The gangster steadily rose in the ranks in the Windy City, but along the way he also contracted syphilis from a prostitute while working as a bouncer for mob boss James “Big Jim” Colosimo.
It’s still debated whether the couple’s lack of other children besides Sonny was due to Mae contracting the disease from her husband or not.
Capone would later experience severe cognitive decline due to his untreated disease. But before that happened, he built himself an empire in the underworld. After colluding with Torrio to murder Colosimo and take over his business, the newly-promoted thug began his rise as a top mob boss.
Mae was aware of his job, but it was his philandering that hurt her most. “Don’t do as your father did,” she reportedly told Sonny. “He broke my heart.”
Capone inherited the business in the late 1920s, after Torrio gave him the reins. From then on, it was a roaring rampage of bootlegging, bribing cops, and murdering the competition.
“I’m just a businessman, giving the people what they want,” he’d say. “All I do is satisfy a public demand.”
After Capone was nabbed for tax evasion on Oct. 17, 1931, Mae visited him in prison, where his health started to visibly decline.
News of his mysterious health issues made the papers, with an overwhelmed Mae being mobbed by press hounds when she arrived at at the penitentiary.
“Yes, he is going to get well,” she reportedly said. “He is suffering from dejection and a broken spirit, aggravated by intense nervousness.”
Mae Capone: Protector Of An Ailing Husband
Al Capone never improved. He had already begun to act strange behind bars, wearing winter clothes in his heated cell. After he was released early in 1939 for good behavior, he spent a short time seeking medical care in Baltimore before his family relocated to Palm Island, Florida.
The mob had moved on and restructured. They were satisfied to have Capone retire, paying him $600 per week — a pittance compared to his previous salary — just to stay quiet.
Before long, Capone began to have delusional chats with long-dead friends. He became Mae’s full-time job, most of which entailed keeping him away from reporters, who were routinely trying to catch a glimpse of him.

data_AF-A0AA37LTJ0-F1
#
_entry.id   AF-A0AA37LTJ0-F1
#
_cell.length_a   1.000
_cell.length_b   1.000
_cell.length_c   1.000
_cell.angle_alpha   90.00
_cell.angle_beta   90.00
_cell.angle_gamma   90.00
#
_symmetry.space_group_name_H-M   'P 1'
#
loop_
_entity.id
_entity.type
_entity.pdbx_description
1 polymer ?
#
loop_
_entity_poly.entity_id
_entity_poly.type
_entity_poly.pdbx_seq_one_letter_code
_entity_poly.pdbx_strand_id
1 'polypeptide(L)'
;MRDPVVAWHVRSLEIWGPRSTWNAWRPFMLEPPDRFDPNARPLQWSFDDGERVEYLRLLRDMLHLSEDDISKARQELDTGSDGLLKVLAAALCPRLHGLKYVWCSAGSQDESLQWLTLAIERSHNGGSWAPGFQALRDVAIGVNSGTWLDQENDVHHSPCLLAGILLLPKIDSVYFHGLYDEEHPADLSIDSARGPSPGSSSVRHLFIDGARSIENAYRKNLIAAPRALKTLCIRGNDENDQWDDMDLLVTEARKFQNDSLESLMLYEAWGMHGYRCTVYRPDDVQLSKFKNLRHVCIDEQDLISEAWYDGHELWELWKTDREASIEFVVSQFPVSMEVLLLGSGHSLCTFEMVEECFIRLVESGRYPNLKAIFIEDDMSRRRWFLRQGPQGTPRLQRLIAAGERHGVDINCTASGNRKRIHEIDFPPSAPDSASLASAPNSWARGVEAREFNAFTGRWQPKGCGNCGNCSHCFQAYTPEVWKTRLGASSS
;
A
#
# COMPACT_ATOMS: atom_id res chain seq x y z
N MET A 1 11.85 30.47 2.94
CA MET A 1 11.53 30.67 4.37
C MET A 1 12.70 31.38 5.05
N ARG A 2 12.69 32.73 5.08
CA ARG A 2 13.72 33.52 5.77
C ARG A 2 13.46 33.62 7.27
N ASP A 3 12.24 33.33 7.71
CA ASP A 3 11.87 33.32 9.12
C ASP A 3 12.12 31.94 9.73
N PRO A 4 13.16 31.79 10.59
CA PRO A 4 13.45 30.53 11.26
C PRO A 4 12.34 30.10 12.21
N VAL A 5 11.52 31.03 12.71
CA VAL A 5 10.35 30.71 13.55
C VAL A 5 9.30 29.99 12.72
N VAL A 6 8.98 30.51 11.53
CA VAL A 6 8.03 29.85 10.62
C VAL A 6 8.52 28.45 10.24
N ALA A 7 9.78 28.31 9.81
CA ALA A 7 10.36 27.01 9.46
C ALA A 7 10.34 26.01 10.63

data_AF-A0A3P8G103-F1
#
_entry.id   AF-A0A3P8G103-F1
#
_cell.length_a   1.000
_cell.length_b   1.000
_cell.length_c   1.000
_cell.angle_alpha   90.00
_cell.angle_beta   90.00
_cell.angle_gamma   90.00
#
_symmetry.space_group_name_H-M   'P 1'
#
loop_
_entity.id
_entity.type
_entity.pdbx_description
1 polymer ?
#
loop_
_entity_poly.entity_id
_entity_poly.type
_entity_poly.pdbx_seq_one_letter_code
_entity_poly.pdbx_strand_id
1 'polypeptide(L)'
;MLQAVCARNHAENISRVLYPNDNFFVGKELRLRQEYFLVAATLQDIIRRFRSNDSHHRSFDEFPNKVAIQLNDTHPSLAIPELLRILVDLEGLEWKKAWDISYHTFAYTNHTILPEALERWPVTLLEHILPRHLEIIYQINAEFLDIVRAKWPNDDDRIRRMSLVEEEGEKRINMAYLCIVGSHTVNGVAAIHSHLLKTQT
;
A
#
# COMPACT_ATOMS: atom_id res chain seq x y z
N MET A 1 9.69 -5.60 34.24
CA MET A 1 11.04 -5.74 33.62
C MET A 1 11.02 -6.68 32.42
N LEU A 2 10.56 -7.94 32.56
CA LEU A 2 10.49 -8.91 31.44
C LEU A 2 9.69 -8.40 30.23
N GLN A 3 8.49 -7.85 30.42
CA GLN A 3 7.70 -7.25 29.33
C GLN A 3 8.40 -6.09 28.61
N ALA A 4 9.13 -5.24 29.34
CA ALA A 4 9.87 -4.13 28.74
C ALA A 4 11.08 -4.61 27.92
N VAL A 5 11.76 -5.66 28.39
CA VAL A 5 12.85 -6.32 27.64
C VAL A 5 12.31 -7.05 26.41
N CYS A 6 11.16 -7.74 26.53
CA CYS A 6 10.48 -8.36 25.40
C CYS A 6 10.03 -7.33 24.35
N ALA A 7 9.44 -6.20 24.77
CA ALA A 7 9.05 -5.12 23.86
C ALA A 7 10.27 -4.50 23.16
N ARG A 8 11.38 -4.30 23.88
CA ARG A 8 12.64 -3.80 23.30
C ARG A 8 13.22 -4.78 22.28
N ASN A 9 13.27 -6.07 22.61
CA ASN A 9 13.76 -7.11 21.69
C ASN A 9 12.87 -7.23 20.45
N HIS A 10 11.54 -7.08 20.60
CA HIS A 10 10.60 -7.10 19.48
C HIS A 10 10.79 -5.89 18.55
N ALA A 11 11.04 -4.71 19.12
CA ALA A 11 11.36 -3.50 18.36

“She knew that it was dangerous for him to go out in public,” wrote author Deirdre Bair.
This was particularly concerning, as anything that painted Capone as a blabbermouth could cause his old friends to silence him for good.
But Mae was “protective of him to the end,” explained Bair.
She also made sure he got the best medical treatment. In fact, Capone was one of the first people to be treated with penicillin in the early 1940s, but by that point it was too late. His organs, including his brain, had begun to rot beyond repair. A sudden stroke in January 1947 allowed pneumonia to take hold in his body as his heart began to fail.
Mae asked her parish priest, Monsignor Barry Williams, to administer her husband’s last rites — knowing what was to come. Ultimately, Al Capone died of cardiac arrest on Jan. 25, 1947 after a series of health complications.
“Mama Mae seemed to need our company,” her granddaughters recalled. “It’s as if the house died when he did. Even though she lived to be eighty-nine… something in her died when he did.”
She never ascended to the second floor of the house again, and chose to sleep in another bedroom. She covered the living room furniture with sheets and refused to serve any meals in the dining room. In the end, Mae Capone died on April 16, 1986, in a nursing home in Hollywood, Florida.